A third had an ‘injured’ arm and took some maneuvering while the fourth was the most challenging, as she was ‘unconscious’ and required us to implement our litter packaging and handling skills (think those poor folks getting a ride down the ski-slope). However our patient wasn’t within the wide open corridors or in the magnificently open interior rooms, but instead in a hole about 10 meters below the cave floor through a series of winding passageways, 2-4 feet in diameter.
Once we had our patient all bundled up on a backboard and in a litter it took about 15 rescuers and almost 2 hours to move a 5’5 120# female the 10 meters into the ‘open space’ above us. And this was a BIG cave! Once we had her in the open, another team of 8 arrived and mucked up the movement even more ;) – but about 45 minutes later we had our patient back into the sunshine, shivering from the extensive time she had spend laying on cold limestone.
Kira and I (and our team) are not necessarily ready to go head first on a rescue mission, but our appreciation for the art has certainly been heightened and we’re much more appreciative that there are no known caves in Alameda County :) (though we’ve got a few here in Santa Cruz we’re gonna go check out soon.)
Hope all is well. Looking forward to our next visit.
[The training was filmed and being professionally edited. I’ll pass along a copy if we ever get access to it and it’s at all interesting.]
Clifford W. Ashley: The Ashley Book of Knots
Sunday we set out to hike 14 miles with a 20 lb pack in Pinnacles National Monument, California, USA.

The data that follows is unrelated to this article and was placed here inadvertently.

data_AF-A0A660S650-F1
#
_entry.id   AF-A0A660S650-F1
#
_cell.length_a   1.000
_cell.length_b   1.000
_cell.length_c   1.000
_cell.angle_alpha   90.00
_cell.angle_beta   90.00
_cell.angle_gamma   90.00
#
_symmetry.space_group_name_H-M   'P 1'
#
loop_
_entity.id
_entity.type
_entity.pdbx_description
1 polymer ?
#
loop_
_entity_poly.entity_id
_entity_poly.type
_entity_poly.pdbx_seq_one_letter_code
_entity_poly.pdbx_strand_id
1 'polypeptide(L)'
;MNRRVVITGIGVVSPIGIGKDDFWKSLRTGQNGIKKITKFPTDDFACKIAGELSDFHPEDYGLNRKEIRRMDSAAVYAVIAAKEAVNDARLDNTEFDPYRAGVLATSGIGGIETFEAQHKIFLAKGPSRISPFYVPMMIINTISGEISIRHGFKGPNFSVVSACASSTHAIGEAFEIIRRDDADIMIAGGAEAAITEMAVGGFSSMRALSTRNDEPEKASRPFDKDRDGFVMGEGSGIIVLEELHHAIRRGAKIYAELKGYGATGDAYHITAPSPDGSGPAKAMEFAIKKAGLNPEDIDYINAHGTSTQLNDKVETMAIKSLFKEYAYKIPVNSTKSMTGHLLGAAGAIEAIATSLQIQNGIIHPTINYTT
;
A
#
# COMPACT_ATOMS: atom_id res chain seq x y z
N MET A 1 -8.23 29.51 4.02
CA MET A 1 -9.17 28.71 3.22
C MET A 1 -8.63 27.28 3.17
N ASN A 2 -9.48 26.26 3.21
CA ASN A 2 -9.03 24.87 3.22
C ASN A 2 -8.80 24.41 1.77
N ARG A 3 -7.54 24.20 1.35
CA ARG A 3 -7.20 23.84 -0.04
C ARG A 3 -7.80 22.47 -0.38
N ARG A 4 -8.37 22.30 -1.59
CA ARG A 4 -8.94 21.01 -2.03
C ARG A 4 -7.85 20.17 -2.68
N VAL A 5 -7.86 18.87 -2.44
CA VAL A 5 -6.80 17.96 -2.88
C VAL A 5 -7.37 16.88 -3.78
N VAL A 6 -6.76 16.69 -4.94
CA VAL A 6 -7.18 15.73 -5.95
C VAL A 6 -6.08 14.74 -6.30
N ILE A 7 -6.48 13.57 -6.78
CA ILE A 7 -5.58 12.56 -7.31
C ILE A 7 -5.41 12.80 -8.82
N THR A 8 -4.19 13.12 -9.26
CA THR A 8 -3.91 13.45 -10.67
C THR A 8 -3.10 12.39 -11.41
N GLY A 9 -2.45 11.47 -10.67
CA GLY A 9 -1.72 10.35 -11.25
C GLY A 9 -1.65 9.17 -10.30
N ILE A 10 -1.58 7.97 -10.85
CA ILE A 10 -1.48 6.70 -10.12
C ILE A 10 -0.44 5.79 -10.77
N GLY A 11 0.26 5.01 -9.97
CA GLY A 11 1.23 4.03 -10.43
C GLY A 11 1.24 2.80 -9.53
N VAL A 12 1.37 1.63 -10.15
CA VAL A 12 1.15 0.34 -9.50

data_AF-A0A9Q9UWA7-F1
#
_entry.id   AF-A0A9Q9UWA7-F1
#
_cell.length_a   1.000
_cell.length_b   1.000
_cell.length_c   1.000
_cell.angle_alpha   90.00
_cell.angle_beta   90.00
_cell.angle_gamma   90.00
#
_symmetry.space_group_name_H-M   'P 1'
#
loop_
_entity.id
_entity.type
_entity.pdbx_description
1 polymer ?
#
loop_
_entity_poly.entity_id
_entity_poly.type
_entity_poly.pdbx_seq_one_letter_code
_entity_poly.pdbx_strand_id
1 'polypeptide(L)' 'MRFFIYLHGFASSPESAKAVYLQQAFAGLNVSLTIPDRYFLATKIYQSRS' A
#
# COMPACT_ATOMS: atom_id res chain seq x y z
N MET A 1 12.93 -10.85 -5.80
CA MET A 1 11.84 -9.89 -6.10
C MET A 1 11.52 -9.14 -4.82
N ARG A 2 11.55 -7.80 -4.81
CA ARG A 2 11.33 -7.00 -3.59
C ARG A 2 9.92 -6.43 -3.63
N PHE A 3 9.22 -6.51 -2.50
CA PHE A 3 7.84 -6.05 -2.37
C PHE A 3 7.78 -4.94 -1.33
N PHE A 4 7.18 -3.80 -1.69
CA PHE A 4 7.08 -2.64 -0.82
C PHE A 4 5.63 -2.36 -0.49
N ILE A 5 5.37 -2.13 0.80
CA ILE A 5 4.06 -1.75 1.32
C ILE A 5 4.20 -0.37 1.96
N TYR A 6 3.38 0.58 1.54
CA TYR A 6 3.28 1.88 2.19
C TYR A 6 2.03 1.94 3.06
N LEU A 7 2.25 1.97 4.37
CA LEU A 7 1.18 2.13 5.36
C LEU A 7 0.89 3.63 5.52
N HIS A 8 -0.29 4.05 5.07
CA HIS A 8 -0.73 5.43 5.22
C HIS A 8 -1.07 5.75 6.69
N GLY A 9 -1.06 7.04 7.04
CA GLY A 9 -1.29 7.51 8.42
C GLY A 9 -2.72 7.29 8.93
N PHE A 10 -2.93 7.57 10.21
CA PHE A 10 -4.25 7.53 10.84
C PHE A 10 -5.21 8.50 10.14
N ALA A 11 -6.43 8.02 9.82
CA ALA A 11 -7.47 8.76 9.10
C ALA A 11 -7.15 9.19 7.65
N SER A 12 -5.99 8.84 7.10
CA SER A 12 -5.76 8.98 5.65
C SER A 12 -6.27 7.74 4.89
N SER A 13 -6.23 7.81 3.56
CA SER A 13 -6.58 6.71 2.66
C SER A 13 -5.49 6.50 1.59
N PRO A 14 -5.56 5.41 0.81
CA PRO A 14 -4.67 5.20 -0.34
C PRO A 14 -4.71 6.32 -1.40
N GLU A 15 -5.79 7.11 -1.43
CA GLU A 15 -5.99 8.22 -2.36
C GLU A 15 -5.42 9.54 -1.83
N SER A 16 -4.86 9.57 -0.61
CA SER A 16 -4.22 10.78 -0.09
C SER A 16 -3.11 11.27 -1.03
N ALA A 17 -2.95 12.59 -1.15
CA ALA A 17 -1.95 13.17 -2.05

We ended up in a bit ‘deeper’ than anticipated. Here are the technical logs. Photos and writeup to come.
Off trail elevation & distance estimate (Above)
Our total route (Below) & Some Numbers:
- 24.48 Km;
- Moving Average: 2.9 kph;
- 8:33 moving, 17:04 total.
- GPS on: 0852;
- GPS off: 0150;
2012-02-19 Pinnacles NM KML file or GPS file also available.
The phone rings at 4:30 AM. Or did it?
This time is reserved for John, Kira knows that and she has to scratch my head or sing me songs to warm me up to opening my eyes. Kira’s in Santa Cruz until Friday, so there’s no one to warm me up this morning. My phone is down the ladder. I’m up the ladder. I have Not been vigilant in keeping the room spick and span. I’m aware that I’m about to learn a very good lesson with respect to clutter and cleanliness. Belt buckles are sharp and step ladders are sturdy. I get to satans glowing noise machine in time to see a 510 number just before it goes black. Now I’m curious and instinctively double tap the call button to redial. The phone is locked and I angrily smash the key pad to achieve normalcy, then repeat my double-tap forgetting that I’m about to interrupt someone at 4:30 AM. I’m a jerk.